The second time, they weren’t going to risk the same reaction again … read Mark 9:30-32 … they still didn’t understand, but were afraid to say anything, though I’m sure from what follows that they discussed it among themselves.
While this third time … they simply ignore it, and pretend he didn’t say it at all! Instead we have this request from James and John … “Let one of us sit at your right and the other at your left in your glory.” Or perhaps they’re not ignoring it, but they decide to reassure Jesus that they have every confidence in him … while at the same time making sure they will reap some of the benefits of the power they are so sure will be his one day!
Jesus isn’t exactly reassuring about the situation … go back again to Mark 8 and read on a bit … Mark 8:34-38
‘… whoever loses his life for me and for the gospel, will save it.’
How might we lose our lives for Jesus and the gospel?
We may not be called to martyrdom, to literally lose our lives for the sake of following Jesus, though even today across the world many do so. But it’s all too easy to live as if we were ashamed of him … to be half-hearted about our allegiance … to keep quiet when it might be awkward … to be unwilling to lose face among our sceptical friends or colleagues, or to risk our jobs, our income. That’s what it means to deny ourselves and carry with us the cross of Jesus … and it is costly. Whether in terms of reputation or money or time or effort, or our very lives, following Jesus is about putting him first …
‘… whoever loses his life for me and for the gospel, will save it.’
And again, the second time he tells them about his death, let’s read on in Mark 9, from verse 32 …
If anyone wants to be first, he must be the very last, and the servant of all.
We heard something similar in our reading this morning from Mark 10, only this time he’s upping the ante … listen to the difference, Mark 10:43-44 …
Not so with you. Instead, whoever wants to become great among you must be your servant, and whoever wants to be first must be slave of all.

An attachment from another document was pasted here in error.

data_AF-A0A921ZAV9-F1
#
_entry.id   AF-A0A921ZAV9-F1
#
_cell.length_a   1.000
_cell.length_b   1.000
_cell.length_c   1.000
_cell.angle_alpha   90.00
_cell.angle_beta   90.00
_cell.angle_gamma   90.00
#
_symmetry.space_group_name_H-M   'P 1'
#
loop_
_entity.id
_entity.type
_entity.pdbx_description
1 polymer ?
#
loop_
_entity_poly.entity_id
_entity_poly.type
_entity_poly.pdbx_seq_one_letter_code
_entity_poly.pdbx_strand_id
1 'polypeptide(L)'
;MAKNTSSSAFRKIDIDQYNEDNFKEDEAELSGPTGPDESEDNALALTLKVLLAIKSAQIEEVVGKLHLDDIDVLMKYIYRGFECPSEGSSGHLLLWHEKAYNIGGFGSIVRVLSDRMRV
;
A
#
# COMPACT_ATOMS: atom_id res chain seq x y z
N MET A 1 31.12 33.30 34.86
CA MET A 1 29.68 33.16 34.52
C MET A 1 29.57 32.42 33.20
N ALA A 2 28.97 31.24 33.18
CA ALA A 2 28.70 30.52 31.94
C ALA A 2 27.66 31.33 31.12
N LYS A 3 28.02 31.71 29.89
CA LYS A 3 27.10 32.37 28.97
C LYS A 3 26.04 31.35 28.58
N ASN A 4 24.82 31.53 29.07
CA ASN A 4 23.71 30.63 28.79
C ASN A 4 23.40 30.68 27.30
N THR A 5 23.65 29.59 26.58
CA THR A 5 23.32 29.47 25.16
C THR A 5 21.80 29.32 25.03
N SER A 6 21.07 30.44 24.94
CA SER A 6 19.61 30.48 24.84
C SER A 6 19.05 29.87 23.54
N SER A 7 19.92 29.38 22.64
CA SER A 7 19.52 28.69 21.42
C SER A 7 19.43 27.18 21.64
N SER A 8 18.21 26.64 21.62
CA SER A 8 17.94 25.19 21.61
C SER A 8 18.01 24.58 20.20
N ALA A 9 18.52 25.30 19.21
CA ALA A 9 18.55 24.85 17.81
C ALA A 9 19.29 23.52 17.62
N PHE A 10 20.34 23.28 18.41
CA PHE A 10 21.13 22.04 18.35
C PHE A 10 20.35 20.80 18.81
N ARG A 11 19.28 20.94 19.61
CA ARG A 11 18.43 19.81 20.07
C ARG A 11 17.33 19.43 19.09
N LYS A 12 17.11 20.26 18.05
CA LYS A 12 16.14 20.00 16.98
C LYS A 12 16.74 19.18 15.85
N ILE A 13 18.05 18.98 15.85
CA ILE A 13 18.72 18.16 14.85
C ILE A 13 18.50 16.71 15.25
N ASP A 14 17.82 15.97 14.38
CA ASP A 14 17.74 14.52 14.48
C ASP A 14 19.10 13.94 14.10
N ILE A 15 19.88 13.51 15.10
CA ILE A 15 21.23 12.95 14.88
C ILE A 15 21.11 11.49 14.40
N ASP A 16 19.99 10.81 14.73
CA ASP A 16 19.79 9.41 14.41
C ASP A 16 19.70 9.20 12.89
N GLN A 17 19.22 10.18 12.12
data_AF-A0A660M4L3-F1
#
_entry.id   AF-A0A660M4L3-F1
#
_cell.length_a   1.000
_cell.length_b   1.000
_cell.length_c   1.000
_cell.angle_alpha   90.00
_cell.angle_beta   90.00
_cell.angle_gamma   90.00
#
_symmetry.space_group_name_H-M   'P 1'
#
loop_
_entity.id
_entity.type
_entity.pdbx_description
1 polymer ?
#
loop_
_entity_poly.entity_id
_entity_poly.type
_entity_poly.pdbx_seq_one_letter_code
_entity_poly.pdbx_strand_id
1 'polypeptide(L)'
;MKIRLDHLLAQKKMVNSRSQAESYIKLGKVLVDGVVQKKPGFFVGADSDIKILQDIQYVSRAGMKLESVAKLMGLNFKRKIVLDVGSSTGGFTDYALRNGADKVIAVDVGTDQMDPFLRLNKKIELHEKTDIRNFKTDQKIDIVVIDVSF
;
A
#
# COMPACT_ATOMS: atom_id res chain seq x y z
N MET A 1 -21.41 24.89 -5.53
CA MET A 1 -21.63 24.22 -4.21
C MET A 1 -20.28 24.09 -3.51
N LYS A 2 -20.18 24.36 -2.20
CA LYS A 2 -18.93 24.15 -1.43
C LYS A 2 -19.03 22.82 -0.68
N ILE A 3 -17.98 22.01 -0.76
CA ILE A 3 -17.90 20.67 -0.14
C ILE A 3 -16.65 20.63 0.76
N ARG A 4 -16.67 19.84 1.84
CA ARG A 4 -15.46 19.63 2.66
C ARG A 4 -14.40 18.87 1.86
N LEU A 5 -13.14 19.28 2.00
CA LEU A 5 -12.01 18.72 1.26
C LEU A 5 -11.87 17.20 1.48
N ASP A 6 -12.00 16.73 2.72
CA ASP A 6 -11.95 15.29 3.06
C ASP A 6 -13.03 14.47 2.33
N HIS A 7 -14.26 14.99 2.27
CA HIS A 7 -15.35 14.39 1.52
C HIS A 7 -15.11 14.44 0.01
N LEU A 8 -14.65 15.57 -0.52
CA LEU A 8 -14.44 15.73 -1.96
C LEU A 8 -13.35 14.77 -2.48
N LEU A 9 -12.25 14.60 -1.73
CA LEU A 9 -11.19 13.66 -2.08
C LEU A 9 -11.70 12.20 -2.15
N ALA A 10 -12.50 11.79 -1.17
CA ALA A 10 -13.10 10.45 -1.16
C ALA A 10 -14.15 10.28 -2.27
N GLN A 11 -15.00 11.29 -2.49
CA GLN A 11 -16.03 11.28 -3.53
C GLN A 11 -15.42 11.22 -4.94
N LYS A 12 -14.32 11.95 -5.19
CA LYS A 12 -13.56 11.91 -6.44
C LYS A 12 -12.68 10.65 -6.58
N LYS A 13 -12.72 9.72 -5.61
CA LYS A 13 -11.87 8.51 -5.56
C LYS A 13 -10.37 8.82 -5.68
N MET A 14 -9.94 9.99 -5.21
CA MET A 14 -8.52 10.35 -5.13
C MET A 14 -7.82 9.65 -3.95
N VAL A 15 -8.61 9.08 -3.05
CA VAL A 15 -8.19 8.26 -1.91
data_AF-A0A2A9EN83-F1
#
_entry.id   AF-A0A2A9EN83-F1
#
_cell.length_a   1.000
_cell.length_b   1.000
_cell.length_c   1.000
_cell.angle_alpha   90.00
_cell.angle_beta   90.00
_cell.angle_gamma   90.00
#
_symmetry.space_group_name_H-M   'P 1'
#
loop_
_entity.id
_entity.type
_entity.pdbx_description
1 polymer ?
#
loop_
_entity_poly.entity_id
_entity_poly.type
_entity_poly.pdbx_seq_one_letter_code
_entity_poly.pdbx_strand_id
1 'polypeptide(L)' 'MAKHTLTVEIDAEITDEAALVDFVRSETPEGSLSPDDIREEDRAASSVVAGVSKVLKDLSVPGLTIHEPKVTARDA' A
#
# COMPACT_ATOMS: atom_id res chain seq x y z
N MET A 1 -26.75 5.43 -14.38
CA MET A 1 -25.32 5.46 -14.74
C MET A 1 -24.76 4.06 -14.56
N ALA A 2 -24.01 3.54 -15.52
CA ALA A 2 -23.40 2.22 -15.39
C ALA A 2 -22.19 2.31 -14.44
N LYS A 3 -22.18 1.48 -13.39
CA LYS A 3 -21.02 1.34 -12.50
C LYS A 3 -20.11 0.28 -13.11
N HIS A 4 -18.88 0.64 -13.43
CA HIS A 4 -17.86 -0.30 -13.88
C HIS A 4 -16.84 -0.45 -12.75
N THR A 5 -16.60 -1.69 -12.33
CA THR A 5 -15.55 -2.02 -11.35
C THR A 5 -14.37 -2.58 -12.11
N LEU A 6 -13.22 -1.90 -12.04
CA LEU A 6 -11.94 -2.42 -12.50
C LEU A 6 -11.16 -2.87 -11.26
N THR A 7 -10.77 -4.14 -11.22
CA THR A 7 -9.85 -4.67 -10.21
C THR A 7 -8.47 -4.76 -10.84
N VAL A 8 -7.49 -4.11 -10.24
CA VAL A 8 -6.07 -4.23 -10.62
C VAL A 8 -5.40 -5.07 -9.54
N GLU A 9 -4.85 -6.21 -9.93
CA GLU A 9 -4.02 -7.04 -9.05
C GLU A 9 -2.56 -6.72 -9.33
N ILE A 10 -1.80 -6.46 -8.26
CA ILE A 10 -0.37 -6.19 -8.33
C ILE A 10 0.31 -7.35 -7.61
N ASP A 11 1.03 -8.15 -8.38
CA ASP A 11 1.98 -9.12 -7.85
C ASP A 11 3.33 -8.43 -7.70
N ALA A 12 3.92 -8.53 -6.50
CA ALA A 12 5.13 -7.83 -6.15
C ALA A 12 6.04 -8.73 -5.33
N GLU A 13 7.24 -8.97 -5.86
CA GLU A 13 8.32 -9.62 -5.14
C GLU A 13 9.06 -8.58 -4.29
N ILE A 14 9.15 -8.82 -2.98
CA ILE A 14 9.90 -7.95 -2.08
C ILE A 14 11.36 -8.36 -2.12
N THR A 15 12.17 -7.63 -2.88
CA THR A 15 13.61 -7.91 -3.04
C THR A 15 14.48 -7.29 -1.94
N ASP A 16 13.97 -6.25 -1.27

Following Jesus is costly … and perhaps this aspect of service is one of the hardest … giving up our lives can be an abstract concept when there is no open opposition or persecution. But to seek to serve, and to give real value to that service is to turn our worldly values upside down.
There’s one other loss that Jesus highlights for those who will follow him … and we read about it last week. Look again at Mark 10 from vs 27, Jesus has challenged the rich young ruler (we called him Fred, if you remember!) to give up his wealth for the sake of following Jesus, and he goes on to say how hard it is for the wealthy to enter the kingdom of God … which amazed the disciples who had always understood wealth to be a sign of God’s blessing. And indeed it may be, but the point is that anything that comes first in our priorities over our relationship with God should be put aside … let’s read from verse 27 now …
Three times Jesus tells his disciples about his death and resurrection. And three times he warns them about the cost of following him … are we prepared to put Jesus first above our our own needs, our reputations and our families.
But in case that all sounds a bit too much to ask … it is after all, only what Jesus himself did for us.
Right back in Mark 3, while Jesus is teaching in a house in Galilee, his mother and brothers come and call him out to them … Jesus replies,